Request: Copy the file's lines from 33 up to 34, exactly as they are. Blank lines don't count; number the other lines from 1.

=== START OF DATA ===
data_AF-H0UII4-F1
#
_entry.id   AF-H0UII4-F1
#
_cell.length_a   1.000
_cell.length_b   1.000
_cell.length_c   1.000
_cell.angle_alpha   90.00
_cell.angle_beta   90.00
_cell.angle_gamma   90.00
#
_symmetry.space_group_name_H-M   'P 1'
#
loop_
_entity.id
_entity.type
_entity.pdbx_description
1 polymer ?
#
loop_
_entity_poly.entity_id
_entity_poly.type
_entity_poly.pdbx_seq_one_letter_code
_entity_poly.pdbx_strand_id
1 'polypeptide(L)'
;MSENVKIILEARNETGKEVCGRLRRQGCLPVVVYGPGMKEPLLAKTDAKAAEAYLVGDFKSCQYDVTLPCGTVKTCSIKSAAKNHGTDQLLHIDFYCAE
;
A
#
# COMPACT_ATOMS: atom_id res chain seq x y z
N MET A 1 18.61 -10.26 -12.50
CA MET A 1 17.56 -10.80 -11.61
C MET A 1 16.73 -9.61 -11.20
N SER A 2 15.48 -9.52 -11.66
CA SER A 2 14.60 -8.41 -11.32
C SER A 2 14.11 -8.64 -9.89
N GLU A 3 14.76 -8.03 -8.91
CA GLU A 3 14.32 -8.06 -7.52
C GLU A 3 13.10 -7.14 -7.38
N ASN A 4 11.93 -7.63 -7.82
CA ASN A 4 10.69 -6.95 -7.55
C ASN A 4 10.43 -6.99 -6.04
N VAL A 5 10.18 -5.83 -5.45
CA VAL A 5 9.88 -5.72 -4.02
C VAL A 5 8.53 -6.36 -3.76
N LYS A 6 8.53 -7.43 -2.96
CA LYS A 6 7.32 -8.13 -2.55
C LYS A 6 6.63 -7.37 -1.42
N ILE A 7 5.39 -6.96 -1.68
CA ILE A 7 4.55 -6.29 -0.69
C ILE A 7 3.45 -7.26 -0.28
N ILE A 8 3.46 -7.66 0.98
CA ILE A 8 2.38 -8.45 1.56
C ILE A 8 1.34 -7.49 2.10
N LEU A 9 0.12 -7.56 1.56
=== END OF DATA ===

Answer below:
C MET A 1 16.73 -9.61 -11.20
N SER A 2 15.48 -9.52 -11.66